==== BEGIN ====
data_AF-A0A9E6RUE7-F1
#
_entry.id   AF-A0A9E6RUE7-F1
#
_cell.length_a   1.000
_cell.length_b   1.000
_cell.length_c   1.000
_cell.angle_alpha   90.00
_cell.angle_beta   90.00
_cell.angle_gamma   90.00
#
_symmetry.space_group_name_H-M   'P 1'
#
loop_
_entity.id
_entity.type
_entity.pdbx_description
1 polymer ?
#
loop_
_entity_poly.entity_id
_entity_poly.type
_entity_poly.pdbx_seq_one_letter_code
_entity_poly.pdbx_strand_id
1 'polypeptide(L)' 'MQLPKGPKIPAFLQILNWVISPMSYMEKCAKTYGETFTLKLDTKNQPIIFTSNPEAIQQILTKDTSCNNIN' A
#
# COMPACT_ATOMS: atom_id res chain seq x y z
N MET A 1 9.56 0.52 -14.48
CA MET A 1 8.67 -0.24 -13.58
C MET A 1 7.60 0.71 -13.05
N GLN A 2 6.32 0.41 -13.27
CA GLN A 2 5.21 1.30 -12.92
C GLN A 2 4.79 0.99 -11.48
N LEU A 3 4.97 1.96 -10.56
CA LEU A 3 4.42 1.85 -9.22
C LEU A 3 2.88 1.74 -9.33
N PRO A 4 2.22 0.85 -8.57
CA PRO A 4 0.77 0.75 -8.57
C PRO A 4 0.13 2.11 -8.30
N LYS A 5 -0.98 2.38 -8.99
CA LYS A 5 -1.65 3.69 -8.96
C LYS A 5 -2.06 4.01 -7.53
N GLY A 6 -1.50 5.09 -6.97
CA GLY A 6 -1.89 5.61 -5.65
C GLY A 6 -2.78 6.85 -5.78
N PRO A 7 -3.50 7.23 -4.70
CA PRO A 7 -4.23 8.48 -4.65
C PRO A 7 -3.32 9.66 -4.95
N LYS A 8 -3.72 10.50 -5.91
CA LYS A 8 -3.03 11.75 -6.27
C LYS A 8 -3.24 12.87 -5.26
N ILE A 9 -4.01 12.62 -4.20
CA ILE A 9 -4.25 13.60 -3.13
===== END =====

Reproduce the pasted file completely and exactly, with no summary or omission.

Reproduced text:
data_AF-A0A9E6RUE7-F1
#
_entry.id   AF-A0A9E6RUE7-F1
#
_cell.length_a   1.000
_cell.length_b   1.000
_cell.length_c   1.000
_cell.angle_alpha   90.00
_cell.angle_beta   90.00
_cell.angle_gamma   90.00
#
_symmetry.space_group_name_H-M   'P 1'
#
loop_
_entity.id
_entity.type
_entity.pdbx_description
1 polymer ?
#
loop_
_entity_poly.entity_id
_entity_poly.type
_entity_poly.pdbx_seq_one_letter_code
_entity_poly.pdbx_strand_id
1 'polypeptide(L)' 'MQLPKGPKIPAFLQILNWVISPMSYMEKCAKTYGETFTLKLDTKNQPIIFTSNPEAIQQILTKDTSCNNIN' A
#
# COMPACT_ATOMS: atom_id res chain seq x y z
N MET A 1 9.56 0.52 -14.48
CA MET A 1 8.67 -0.24 -13.58
C MET A 1 7.60 0.71 -13.05
N GLN A 2 6.32 0.41 -13.27
CA GLN A 2 5.21 1.30 -12.92
C GLN A 2 4.79 0.99 -11.48
N LEU A 3 4.97 1.96 -10.56
CA LEU A 3 4.42 1.85 -9.22
C LEU A 3 2.88 1.74 -9.33
N PRO A 4 2.22 0.85 -8.57
CA PRO A 4 0.77 0.75 -8.57
C PRO A 4 0.13 2.11 -8.30
N LYS A 5 -0.98 2.38 -8.99
CA LYS A 5 -1.65 3.69 -8.96
C LYS A 5 -2.06 4.01 -7.53
N GLY A 6 -1.50 5.09 -6.97
CA GLY A 6 -1.89 5.61 -5.65
C GLY A 6 -2.78 6.85 -5.78
N PRO A 7 -3.50 7.23 -4.70
CA PRO A 7 -4.23 8.48 -4.65
C PRO A 7 -3.32 9.66 -4.95
N LYS A 8 -3.72 10.50 -5.91
CA LYS A 8 -3.03 11.75 -6.27
C LYS A 8 -3.24 12.87 -5.26
N ILE A 9 -4.01 12.62 -4.20
CA ILE A 9 -4.25 13.60 -3.13